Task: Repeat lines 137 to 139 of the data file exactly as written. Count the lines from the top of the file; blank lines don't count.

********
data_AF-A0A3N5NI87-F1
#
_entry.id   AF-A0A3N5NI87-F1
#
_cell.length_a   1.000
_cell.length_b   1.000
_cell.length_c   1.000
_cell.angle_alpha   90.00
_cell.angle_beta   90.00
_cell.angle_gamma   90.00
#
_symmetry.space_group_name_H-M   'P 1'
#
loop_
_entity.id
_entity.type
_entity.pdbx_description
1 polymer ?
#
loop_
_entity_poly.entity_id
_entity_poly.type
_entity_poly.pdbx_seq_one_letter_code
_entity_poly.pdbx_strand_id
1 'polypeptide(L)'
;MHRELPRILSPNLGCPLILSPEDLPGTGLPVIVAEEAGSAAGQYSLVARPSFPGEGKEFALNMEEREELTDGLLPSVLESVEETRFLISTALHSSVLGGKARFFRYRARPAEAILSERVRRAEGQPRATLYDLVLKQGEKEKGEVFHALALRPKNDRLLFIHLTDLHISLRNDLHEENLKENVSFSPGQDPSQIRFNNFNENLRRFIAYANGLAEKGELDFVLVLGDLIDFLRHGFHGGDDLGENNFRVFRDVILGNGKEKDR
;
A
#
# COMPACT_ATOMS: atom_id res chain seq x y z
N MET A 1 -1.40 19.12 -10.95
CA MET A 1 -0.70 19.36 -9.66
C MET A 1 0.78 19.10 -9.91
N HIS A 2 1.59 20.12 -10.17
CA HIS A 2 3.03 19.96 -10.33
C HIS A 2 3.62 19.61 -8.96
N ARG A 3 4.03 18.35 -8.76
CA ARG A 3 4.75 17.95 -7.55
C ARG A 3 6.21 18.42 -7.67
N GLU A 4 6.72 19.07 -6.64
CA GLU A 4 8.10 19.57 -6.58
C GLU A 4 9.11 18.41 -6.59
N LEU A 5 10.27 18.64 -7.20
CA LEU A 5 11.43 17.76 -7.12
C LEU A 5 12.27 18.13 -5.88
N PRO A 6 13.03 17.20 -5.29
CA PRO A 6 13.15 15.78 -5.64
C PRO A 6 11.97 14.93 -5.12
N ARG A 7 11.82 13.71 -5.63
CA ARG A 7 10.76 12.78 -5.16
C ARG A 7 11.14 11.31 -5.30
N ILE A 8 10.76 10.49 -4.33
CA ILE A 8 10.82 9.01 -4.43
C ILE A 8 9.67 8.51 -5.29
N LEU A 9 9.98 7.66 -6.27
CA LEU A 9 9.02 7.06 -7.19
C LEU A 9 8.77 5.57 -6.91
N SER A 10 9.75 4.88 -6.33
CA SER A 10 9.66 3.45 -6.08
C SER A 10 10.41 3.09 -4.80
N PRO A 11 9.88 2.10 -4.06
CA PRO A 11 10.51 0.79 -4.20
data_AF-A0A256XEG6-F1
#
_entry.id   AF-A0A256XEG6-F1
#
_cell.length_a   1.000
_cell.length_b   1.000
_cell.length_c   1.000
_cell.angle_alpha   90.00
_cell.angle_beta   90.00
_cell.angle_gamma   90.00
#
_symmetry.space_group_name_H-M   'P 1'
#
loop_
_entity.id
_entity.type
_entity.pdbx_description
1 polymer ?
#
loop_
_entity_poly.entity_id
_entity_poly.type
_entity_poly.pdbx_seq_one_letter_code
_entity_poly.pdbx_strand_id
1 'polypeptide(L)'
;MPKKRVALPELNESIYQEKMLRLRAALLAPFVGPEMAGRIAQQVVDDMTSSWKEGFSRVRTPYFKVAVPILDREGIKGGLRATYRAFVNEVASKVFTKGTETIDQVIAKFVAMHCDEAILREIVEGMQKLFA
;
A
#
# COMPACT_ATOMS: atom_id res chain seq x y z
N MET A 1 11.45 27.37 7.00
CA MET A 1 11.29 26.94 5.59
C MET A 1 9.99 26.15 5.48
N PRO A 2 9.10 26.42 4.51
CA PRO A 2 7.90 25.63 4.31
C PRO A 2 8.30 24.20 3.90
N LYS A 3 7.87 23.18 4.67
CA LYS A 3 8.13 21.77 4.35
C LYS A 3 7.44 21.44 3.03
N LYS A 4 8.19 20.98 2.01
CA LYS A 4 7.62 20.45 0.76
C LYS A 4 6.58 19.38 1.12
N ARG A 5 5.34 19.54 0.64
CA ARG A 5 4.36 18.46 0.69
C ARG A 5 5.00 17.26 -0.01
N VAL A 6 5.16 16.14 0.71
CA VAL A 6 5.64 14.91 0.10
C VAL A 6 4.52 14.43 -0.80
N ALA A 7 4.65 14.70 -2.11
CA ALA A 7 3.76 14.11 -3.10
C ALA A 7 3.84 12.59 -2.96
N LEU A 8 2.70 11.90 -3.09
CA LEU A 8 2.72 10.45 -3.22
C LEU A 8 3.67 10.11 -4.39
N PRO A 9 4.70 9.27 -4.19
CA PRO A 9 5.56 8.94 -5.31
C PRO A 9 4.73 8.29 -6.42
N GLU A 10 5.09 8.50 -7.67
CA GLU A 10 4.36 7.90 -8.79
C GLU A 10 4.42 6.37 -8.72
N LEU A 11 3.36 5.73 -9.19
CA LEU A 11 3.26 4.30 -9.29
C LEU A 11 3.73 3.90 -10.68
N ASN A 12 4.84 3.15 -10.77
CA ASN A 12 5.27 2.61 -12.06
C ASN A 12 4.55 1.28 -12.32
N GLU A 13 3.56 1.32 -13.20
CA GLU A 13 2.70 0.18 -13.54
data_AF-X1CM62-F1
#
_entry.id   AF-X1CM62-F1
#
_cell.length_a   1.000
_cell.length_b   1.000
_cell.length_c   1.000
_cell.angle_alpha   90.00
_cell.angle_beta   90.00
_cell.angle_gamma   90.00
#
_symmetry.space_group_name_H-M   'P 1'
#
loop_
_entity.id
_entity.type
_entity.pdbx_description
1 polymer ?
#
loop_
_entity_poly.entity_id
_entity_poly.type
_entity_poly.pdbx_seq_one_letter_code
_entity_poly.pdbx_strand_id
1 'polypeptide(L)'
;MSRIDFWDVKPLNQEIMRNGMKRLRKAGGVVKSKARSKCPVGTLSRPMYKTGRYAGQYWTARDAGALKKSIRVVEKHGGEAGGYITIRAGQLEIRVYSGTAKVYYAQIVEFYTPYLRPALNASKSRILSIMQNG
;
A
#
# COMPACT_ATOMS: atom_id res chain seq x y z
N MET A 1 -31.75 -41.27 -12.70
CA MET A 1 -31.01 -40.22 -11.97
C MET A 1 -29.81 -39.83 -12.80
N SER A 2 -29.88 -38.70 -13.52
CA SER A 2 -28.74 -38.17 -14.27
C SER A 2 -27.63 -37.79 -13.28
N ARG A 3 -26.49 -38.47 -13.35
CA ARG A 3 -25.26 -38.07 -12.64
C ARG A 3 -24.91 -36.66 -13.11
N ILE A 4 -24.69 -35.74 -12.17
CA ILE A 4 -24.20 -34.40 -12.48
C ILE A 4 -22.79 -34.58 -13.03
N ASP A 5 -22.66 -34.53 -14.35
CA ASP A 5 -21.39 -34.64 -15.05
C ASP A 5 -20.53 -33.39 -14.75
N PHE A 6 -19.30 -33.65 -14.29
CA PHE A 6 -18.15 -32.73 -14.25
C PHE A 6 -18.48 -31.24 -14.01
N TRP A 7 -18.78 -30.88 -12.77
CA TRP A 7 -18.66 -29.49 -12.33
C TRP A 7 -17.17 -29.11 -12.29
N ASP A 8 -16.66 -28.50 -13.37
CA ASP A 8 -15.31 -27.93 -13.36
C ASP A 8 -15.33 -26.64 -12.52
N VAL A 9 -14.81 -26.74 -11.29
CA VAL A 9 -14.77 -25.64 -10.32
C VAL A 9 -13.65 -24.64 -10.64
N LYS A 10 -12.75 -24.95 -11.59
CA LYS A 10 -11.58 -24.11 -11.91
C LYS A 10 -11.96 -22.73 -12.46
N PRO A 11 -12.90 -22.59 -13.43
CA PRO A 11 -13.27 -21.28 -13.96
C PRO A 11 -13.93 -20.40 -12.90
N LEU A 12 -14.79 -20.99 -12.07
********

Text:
_cell.length_c   1.000
_cell.angle_alpha   90.00
_cell.angle_beta   90.00